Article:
Managing Depression in Patients with Chronic Kidney Disease to Slow Progression

New research is further demonstrating the link between depression and progression of kidney disease. A value-based approach to depression screening and treatment is critical to improving patient outcomes.

May 22, 2024
5 minutes
man depressed sitting on the bed

A new data analysis by Interwell Health suggests that identifying depression in people living with chronic kidney disease (CKD) through annual screenings, which enables proper follow-up and treatment, can improve overall well-being, slow disease progression, reduce hospitalizations, and lower the total cost of care

In a review of 1,561 Interwell patients identified with signs of moderate to severe depressive symptoms in 2022, more than 71 percent (1,111) improved to mild or no depressive symptoms during a subsequent screening.

“This finding further demonstrates that our value-based approach to screening and treatment for all our patients experiencing depressive symptoms is critical to our work to improve patient outcomes,” said Jessica Demaline, senior vice president of healthcare operations at Interwell and a licensed social worker. “The evidence is growing that we must address depression and other behavioral health concerns as a first step to caring for people with kidney disease.”

Prevalence of depression in CKD

Patients with kidney disease experience depression at significantly higher rates than the general population, with an average prevalence rate that ranges between 20 and 30 percent.1

A study in Kidney International concluded that the prevalence of depression is “3 to 4 times higher in patients with CKD... compared with the general population and 2 to 3 times higher compared to individuals with other chronic illnesses.”1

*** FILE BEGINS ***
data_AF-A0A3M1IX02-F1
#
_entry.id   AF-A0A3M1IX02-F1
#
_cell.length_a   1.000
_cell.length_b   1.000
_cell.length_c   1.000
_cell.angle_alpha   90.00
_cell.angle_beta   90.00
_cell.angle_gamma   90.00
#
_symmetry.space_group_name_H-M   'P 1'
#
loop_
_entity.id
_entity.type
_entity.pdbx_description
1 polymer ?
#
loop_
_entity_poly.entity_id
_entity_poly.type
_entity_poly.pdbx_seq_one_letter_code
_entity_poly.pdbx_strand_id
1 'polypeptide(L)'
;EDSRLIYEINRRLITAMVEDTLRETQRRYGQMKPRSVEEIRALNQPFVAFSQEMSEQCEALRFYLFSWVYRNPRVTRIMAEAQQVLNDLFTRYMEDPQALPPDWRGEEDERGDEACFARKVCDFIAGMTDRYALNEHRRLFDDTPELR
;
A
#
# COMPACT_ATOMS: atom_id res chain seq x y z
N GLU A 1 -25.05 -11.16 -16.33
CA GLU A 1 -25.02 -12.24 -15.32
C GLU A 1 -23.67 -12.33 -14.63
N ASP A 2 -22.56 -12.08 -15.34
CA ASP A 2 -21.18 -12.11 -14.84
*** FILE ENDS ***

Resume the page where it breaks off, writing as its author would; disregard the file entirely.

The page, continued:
In an analysis of almost 30,000 patients cared for by Interwell who completed a PHQ-9 depression screening test in 2022, we observed that 27 percent reported signs of at least mild depressive symptoms, while 8 percent reported signs of moderate or severe depressive symptoms.

"If patients do not address their emotional health, they are not going to feel motivated to take care of their physical health." - Kasey Bosco, licensed social worker and clinical operations manager

Linking depression and progression

Addressing depression in patients with chronic kidney disease (CKD) has been the subject of increasing research given its impact on overall health. Recent studies suggest that patients living with depression and CKD have a statistically higher risk of disease progression and hospitalization.

A 2023 study examined data from more than 150,000 patients and found an association with disease progression, defined as a loss of kidney function of more than 40 percent (as measured by eGFR).2

“Our study yielded significant estimates for three single kidney outcomes that manifest different degrees of disease progression,” wrote authors Dr. Nanbo Zhu and colleagues in the Clinical Kidney Journal.

For those diagnosed with depression, the researchers observed a 38 percent increase in the rate of kidney function decline, 32 percent higher rate of replacement therapy such as dialysis, and an 84 percent higher mortality rate.

The authors suggested several explanations for the associations observed in their study including a possible relationship to inflammatory and immune–metabolic pathways, the associated higher risks of cardiovascular and cerebrovascular disease with depression, and changes in social, lifestyle, and medical behaviors, which can accelerate decline in kidney function.

A separate 2023 study in the International Journal of Cardiology supported this conclusion, finding that patients with CKD and depression are almost 30 percent more likely to develop cardiovascular disease.3

The PHQ-9 depression screening test

The identification of depression is the first step to implementing changes that can alleviate those symptoms. An effective value-based program offers patients support from social workers, nurses, and dietitians who educate and empower them to better manage their kidney disease and other diagnoses such as depression.

"If patients do not address their emotional health, they are not going to feel motivated to take care of their physical health,” said Kasey Bosco, a licensed social worker and clinical operations manager for Interwell who leads a team of nurses providing depression screenings.  “When patients face clinical depression, they are more likely to experience social isolation. The result can be an inability for patients to properly manage their kidney disease and other chronic conditions.”